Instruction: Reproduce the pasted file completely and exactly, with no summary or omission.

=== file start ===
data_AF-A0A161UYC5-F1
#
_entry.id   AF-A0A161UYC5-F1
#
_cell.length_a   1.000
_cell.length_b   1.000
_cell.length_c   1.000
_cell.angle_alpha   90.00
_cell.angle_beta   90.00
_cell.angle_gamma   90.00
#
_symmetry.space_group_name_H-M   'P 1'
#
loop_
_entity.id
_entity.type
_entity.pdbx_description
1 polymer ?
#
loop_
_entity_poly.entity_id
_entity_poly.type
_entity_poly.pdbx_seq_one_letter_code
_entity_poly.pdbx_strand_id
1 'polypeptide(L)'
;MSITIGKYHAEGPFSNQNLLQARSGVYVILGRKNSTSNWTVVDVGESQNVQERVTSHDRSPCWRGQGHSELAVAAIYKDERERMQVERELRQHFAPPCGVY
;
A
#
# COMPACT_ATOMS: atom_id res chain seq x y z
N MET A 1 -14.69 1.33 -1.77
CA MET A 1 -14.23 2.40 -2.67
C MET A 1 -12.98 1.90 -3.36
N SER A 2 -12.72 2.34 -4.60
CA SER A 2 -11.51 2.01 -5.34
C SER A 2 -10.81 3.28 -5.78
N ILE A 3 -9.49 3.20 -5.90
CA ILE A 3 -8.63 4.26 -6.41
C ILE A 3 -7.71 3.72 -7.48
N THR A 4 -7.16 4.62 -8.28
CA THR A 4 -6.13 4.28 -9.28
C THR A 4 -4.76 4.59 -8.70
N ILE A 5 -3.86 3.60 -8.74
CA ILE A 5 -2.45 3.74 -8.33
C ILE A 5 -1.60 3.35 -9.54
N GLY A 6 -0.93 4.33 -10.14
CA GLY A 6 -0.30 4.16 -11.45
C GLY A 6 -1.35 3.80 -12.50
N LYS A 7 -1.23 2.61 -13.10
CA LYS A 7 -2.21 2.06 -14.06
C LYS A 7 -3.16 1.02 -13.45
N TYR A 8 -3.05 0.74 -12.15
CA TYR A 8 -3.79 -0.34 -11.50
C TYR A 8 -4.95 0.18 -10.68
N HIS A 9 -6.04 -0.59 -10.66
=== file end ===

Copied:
data_AF-A0A161UYC5-F1
#
_entry.id   AF-A0A161UYC5-F1
#
_cell.length_a   1.000
_cell.length_b   1.000
_cell.length_c   1.000
_cell.angle_alpha   90.00
_cell.angle_beta   90.00
_cell.angle_gamma   90.00
#
_symmetry.space_group_name_H-M   'P 1'
#
loop_
_entity.id
_entity.type
_entity.pdbx_description
1 polymer ?
#
loop_
_entity_poly.entity_id
_entity_poly.type
_entity_poly.pdbx_seq_one_letter_code
_entity_poly.pdbx_strand_id
1 'polypeptide(L)'
;MSITIGKYHAEGPFSNQNLLQARSGVYVILGRKNSTSNWTVVDVGESQNVQERVTSHDRSPCWRGQGHSELAVAAIYKDERERMQVERELRQHFAPPCGVY
;
A
#
# COMPACT_ATOMS: atom_id res chain seq x y z
N MET A 1 -14.69 1.33 -1.77
CA MET A 1 -14.23 2.40 -2.67
C MET A 1 -12.98 1.90 -3.36
N SER A 2 -12.72 2.34 -4.60
CA SER A 2 -11.51 2.01 -5.34
C SER A 2 -10.81 3.28 -5.78
N ILE A 3 -9.49 3.20 -5.90
CA ILE A 3 -8.63 4.26 -6.41
C ILE A 3 -7.71 3.72 -7.48
N THR A 4 -7.16 4.62 -8.28
CA THR A 4 -6.13 4.28 -9.28
C THR A 4 -4.76 4.59 -8.70
N ILE A 5 -3.86 3.60 -8.74
CA ILE A 5 -2.45 3.74 -8.33
C ILE A 5 -1.60 3.35 -9.54
N GLY A 6 -0.93 4.33 -10.14
CA GLY A 6 -0.30 4.16 -11.45
C GLY A 6 -1.35 3.80 -12.50
N LYS A 7 -1.23 2.61 -13.10
CA LYS A 7 -2.21 2.06 -14.06
C LYS A 7 -3.16 1.02 -13.45
N TYR A 8 -3.05 0.74 -12.15
CA TYR A 8 -3.79 -0.34 -11.50
C TYR A 8 -4.95 0.18 -10.68
N HIS A 9 -6.04 -0.59 -10.66